United Kingdom
    this is precisely my point - so - please may I ask the question again, is it possible for DNO's to monitor the integrity of a neutral line from substation to consumer(s)? is it ever done? if so, how is it done?
    I can see that it *should* not present a problem, but under certain circumstances, it could be dangerous.
    stonkingly effective QRO RF earths are likely not going to be intentionally made by anybody that does not also have an understanding of their potential hazard when connected to an elecricity supply network. However, it is also very easy (especially with supplementary bonding) to inadvertently connect a very good RF-thru-DC earth to the network; especially a building with metal subterranean plumbing.

    A mitigation of the hazard in the domestic radio shack situation could be to run the shack from an isolating transformer, effectively suplying the shack by a miniature TT arrangement.
    what about in the other (domestic, inadvertent) case?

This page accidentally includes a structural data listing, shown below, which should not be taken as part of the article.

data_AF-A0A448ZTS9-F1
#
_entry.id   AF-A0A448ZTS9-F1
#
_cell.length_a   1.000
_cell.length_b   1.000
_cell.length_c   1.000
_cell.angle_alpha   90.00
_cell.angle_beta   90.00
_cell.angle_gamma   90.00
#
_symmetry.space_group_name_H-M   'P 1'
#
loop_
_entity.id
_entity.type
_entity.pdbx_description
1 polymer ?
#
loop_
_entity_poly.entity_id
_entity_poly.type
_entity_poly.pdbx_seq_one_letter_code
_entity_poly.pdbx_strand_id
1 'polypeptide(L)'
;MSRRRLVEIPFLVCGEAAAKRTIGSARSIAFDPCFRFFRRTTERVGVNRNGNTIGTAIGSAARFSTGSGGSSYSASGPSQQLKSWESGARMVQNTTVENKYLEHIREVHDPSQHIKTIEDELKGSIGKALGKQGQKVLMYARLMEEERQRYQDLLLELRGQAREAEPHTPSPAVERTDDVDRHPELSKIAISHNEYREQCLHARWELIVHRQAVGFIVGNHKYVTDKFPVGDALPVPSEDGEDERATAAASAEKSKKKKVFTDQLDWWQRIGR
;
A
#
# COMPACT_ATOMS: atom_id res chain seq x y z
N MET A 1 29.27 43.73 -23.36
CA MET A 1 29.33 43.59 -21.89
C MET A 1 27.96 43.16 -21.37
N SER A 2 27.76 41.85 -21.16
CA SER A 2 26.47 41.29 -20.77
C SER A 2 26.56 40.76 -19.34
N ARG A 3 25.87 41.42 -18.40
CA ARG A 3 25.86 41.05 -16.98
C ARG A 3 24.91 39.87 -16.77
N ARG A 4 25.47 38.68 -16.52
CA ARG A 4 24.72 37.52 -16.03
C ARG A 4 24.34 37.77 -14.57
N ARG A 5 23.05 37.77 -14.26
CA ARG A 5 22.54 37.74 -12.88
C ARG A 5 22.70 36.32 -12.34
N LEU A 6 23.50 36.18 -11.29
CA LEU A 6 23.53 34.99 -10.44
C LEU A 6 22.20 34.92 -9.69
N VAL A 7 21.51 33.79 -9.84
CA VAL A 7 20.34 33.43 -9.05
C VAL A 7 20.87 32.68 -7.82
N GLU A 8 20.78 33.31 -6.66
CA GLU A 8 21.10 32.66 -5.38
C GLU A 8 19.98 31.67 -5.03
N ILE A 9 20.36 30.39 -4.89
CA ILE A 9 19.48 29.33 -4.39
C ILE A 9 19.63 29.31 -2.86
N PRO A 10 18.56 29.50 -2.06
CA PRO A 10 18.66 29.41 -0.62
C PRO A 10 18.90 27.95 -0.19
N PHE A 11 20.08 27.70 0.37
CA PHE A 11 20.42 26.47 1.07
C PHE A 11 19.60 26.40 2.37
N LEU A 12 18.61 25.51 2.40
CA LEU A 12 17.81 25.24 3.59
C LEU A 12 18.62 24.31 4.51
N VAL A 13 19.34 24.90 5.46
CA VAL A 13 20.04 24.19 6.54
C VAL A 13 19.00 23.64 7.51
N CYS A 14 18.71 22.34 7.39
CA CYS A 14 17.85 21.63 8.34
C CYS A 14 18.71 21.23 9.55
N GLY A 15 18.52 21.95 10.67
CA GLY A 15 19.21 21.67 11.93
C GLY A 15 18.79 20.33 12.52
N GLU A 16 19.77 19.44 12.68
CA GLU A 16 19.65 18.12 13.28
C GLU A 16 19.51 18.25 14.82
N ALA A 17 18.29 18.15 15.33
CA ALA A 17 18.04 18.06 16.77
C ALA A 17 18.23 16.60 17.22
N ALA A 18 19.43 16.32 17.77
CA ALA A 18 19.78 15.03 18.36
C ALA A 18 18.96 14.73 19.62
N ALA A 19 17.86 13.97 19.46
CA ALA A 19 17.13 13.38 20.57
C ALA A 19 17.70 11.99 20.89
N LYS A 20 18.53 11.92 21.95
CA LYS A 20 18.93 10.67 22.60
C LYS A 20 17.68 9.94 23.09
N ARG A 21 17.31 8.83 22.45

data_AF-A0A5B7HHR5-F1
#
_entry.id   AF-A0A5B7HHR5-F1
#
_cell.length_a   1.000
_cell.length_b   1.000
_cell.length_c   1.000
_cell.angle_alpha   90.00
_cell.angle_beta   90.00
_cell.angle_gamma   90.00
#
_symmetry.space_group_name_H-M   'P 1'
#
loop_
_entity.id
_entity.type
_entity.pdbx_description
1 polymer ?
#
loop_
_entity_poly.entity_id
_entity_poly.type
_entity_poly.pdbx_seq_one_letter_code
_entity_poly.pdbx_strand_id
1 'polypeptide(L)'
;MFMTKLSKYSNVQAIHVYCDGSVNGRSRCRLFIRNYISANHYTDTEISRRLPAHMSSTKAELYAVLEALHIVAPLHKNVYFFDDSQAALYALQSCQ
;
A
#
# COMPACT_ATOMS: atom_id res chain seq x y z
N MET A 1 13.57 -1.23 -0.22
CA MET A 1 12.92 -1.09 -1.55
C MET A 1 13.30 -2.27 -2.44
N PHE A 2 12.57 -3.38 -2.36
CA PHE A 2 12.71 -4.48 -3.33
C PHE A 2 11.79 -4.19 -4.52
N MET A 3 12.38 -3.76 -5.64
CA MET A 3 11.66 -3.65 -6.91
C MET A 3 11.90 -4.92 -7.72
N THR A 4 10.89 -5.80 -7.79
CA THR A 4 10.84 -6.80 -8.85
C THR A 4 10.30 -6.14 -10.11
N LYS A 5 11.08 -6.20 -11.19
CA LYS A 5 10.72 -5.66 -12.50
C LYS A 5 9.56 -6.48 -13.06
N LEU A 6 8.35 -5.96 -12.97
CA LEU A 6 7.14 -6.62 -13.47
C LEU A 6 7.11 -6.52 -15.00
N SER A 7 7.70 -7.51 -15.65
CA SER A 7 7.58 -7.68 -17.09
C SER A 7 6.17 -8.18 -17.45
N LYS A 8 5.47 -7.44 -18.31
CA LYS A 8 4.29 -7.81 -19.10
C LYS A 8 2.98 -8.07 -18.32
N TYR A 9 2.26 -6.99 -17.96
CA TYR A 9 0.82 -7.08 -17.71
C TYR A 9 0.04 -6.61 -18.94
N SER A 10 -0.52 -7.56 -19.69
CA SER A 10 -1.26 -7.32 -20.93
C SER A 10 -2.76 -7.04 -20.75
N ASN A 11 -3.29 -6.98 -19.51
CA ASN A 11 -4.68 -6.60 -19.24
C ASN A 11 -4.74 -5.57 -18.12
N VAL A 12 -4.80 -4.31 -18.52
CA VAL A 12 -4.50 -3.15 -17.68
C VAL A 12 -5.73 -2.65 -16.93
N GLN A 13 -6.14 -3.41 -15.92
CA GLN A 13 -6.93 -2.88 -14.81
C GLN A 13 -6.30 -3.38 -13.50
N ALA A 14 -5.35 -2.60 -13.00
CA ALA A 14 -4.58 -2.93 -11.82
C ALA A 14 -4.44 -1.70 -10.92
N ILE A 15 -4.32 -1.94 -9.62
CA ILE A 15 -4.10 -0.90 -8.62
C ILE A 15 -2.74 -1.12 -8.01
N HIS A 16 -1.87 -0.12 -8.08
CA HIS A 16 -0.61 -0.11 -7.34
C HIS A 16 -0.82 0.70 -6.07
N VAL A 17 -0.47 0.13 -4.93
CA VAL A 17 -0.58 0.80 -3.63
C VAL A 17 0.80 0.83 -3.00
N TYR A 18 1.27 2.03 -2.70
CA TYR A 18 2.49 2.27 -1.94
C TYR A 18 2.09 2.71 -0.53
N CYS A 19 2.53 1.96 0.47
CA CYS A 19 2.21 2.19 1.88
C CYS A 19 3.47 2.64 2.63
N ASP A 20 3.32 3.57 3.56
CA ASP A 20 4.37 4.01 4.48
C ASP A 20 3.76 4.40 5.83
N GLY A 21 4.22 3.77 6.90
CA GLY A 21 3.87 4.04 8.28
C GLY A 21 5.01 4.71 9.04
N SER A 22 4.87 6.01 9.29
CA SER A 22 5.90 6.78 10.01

15. JohnW2

    JohnW2

    Joined:
    28 Jan 2011
    Messages:
    45,046
    Thanks Received:
    2,875
    Location:
    Buckinghamshire
    Country:
    United Kingdom
    Are you talking about a transformer fed by one phase of the HV? I thought that the 'final' transformers in the UK were 3-phase HV to single-phase LV (the pole-mounted one which supplies me is certainly fed with all three HV phases, and I'd always assumed that all three were 'connected'). If the later, what is meant by the 'phase' of a 3-phase supply?

    Kind Regards, John
     
  16. JohnW2

    JohnW2

    Joined:
    28 Jan 2011
    Messages:
    45,046
    Thanks Received:
    2,875
    Location:
    Buckinghamshire
    Country:
    United Kingdom
    I've certainly seen that done, although possibly not primarily for the reason you're discussing.

    Kind Regards, John
     
  17. bernardgreen

    bernardgreen

    Joined:
    3 Nov 2006
    Messages:
    24,127
    Thanks Received:
    2,346
    Location:
    Bedfordshire
    Country:
    United Kingdom
    Measuring the potential between the Neutral and True Ground at the consumer's location will give an indication of a broken or high impedance Neutral conductor to that consumer's location. That said where the load on the network is not balanced evenly across the 3 phases there will be a potential between the Neutral and True Ground due to current flowing through the impedance of the Neutral

    Creating a miniature TT arrangement is not un-common where the HV to LV transformer is at risk of metal theft.
     
Loading...

Share This Page